I occasionally get asked what app I use to write my novels. The answer is Scrivener. Reactions to that vary, with ignorance of Scrivener being the norm. However, regardless of the reaction, I almost always get asked, "why don't you use Microsoft Word?"
The answer to that question is, "have you ever tried to write anything longer than a one-page memo in Word?"
The fact is that when I sat down to write Red Cell, my first novel, I started it using Word. It wasn't pleasant. I won't list off all the reasons why; there have been many Internet diatribes by other authors that cover that terrain pretty well — google "Microsoft Word author agony." Suffice it to say that Microsoft Word isn't well designed for drafting long documents.
So I explored alternatives, starting with other word processors — Apple's Pages, OpenOffice, LibreOffice, Bean, Mariner Write, Nisus Writer Pro — and found out that none of them were any better for the job. Admittedly, some of them might have improved significantly over the last decade since I dabbled with them, but at the time they were, as Steve Jobs once phrased it, "a big bag of hurt." It was like the scene from Harry Potter and the Order of the Phoenix where Dolores Umbridge makes Harry write "I will not tell lies" using a blood quill. No wonder Ernest Hemingway drank so much. Yes, he just used a typewriter, but I think he saw what was coming.
In growing desperation, I tried text editors like TextEdit, TextMate, Bare Bones Software's TextWrangler (for you non-techies, that's an HTML code editor), Smultron (no link, that one's dead and buried), WriteRoom, and several others whose names I have willingly forgotten. None of them were any better (though WriteRoom at least takes a minimalist approach and mostly gets out of the way).
Sweet Mother of Mary, I even looked around to see if there was a good LaTeX editor that would fit the bill (every computer science student reading this is now shaking her head in utter disbelief).
Then I learned that there are specialized writing apps. With renewed hope, I checked those out. There were a bunch, I burned through the demo versions...and none of them felt right. At best, they weren't actively painful to use but they weren't exactly intuitive. I've written plenty of software in my day; these apps felt like software written by a engineers chasing a market...coders creating the kind of tool for a job they've never actually performed themselves. They probably interviewed writers and asked what kinds of features they would like, but didn't have any actual writers testing the software during its development. Even when they got the feature set right, the implementations were clunky.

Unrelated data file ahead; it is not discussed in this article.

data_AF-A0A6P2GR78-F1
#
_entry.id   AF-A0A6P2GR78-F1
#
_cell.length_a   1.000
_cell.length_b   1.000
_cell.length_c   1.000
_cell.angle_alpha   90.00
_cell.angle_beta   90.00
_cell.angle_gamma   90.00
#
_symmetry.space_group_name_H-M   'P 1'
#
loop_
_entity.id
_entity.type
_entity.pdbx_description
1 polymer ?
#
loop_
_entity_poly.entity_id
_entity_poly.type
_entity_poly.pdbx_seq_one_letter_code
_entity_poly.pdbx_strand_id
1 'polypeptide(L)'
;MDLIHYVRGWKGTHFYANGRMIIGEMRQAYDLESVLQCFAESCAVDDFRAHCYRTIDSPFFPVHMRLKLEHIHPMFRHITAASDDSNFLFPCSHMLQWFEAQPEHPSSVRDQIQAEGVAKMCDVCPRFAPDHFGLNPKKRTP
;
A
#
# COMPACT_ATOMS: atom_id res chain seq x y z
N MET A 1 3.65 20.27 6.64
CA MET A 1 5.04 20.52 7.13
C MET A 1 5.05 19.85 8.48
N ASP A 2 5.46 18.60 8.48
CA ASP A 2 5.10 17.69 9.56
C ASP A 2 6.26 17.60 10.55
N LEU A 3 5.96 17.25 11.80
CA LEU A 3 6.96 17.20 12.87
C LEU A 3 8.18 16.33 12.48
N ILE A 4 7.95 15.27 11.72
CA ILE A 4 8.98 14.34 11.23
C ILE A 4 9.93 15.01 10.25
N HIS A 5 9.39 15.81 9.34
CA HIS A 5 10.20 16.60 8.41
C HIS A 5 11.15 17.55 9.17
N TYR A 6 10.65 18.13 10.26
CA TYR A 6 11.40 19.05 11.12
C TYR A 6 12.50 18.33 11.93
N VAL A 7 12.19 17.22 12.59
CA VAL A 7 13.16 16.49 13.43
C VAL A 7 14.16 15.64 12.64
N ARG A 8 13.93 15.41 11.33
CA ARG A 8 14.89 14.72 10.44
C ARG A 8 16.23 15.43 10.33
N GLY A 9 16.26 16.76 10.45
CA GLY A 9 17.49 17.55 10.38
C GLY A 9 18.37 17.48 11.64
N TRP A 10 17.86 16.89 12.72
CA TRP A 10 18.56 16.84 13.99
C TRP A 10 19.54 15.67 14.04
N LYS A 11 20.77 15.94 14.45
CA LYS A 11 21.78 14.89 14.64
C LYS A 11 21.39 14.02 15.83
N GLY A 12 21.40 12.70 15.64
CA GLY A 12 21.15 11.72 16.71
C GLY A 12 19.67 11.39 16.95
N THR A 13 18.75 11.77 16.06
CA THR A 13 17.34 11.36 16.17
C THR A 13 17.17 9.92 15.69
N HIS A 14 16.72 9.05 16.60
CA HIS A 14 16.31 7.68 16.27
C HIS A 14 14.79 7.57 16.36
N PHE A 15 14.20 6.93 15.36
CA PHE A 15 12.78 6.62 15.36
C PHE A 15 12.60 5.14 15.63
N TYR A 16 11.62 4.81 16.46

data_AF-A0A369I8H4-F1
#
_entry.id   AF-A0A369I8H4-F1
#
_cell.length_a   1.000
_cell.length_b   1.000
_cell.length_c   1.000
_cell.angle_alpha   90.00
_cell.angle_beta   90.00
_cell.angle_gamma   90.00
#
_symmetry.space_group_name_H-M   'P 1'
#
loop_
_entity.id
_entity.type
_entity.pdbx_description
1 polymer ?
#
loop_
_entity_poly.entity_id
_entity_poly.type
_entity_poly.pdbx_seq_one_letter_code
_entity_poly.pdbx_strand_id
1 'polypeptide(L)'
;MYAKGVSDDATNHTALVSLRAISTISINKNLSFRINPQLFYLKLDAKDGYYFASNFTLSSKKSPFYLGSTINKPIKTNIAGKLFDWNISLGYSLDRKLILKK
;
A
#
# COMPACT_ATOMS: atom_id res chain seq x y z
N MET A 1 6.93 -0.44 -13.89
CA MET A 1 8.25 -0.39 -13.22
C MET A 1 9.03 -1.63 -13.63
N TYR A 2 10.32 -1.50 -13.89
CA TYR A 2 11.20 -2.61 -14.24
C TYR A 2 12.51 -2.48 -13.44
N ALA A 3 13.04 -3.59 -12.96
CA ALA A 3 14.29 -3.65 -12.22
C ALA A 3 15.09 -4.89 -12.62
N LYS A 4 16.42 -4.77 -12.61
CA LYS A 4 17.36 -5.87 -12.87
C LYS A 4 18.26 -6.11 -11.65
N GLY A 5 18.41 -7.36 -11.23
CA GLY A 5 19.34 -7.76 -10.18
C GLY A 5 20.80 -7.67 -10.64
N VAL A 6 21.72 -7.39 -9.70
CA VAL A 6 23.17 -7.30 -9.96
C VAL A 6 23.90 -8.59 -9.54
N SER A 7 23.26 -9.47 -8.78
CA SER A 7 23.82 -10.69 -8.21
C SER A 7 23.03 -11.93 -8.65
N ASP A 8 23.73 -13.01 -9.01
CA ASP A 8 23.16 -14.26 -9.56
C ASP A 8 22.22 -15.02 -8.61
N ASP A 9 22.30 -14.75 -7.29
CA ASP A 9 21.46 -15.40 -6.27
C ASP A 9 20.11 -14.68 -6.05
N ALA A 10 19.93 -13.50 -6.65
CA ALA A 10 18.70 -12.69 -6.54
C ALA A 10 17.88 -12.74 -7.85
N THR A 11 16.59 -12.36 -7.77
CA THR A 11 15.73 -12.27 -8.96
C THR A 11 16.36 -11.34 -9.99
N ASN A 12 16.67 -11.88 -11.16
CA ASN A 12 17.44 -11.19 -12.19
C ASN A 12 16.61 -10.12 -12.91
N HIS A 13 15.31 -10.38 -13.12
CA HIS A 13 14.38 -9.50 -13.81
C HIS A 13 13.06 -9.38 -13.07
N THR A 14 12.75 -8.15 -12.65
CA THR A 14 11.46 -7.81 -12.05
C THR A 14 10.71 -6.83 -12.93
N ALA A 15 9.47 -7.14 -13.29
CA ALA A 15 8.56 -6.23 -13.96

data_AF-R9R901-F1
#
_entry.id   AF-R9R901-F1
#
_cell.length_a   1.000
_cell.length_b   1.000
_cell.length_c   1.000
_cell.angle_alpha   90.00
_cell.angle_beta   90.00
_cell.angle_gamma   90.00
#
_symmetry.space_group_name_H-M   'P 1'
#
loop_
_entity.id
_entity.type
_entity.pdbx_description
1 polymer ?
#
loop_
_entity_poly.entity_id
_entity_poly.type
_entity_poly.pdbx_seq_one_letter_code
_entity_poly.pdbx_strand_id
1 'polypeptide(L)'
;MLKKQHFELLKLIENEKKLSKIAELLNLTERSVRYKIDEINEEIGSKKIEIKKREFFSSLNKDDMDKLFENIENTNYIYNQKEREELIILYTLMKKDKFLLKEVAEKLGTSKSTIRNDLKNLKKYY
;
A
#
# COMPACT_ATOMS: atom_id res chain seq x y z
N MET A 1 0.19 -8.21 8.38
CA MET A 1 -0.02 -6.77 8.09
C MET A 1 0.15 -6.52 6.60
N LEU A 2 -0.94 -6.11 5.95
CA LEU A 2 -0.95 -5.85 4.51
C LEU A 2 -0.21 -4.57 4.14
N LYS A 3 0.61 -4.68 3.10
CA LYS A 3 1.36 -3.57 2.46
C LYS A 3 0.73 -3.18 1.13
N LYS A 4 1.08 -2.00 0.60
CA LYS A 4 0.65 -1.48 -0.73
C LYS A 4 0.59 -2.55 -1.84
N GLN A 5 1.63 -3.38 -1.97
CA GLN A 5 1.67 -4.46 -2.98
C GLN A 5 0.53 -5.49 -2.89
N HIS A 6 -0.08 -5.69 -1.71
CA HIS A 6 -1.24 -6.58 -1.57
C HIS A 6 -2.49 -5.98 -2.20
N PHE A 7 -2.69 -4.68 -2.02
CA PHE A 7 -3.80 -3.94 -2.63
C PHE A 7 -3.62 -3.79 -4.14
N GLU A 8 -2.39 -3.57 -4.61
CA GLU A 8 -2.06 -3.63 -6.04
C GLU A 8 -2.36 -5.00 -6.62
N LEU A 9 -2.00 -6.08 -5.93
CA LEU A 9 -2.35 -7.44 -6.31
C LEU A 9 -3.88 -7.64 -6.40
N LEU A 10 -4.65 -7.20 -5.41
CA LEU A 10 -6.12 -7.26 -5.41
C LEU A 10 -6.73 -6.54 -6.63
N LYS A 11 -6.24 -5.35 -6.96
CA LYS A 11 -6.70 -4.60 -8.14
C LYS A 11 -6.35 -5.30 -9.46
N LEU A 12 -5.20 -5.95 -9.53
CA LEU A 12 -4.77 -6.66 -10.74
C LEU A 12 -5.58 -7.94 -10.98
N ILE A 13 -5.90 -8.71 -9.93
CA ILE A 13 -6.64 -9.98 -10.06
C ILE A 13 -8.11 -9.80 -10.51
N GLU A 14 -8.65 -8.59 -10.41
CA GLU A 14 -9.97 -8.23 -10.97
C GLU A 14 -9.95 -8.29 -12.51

Then came Scrivener.
Scrivener is the flagship app of a company called Literature & Latte. At the time, the company consisted of precisely one employee — Keith Blount, a Brit living in Cornwall, England. Blount was an aspiring writer who ran into the same problem I had. Fortunately (for me), he ran into it a few years before I did and decided to do something about it. Blount taught himself how to program and created the kind of tool that he wanted to use. Writing software coded by a writer? That was promising. I downloaded the demo, spent ten minutes with it, and the search was done.
Brief note: I'm not getting compensated in any way to say good stuff about Scrivener or its parent company. I'm praising it because I use it and think it's the best-of-breed writing tool out there. I've never met Keith Blount, but if I ever do, I'm going to take him down to his favorite pub in Cornwall and buy him a plate of bangers-and-mash.
I could tap out an extended diatribe extolling the many features of Scrivener, but you should really just go to the video tutorials page on Blount's site and watch the Introduction to Scrivener. If you're a writer (aspiring or otherwise) you'll understand what I'm talking about. If you're not a writer but have to occasionally draft long-ish documents — term papers, sermons, theses, dissertations — you might find it's better than a word processor for what you do. In any case, remember this: Scrivener gets the feature set right and it's implementation of those features is nothing short of joyous.
And for you non-Mac users, there's are versions for Windows and Linux (beta), and an iOS version is in the works. (Writing a novel on an iPad seems like another bag of hurt, but I won't judge).
So, long story short, why do I use Scrivener?
Because I don't enjoy pain. Scrivener is Percocet for a writer's soul. It makes the pain just go away.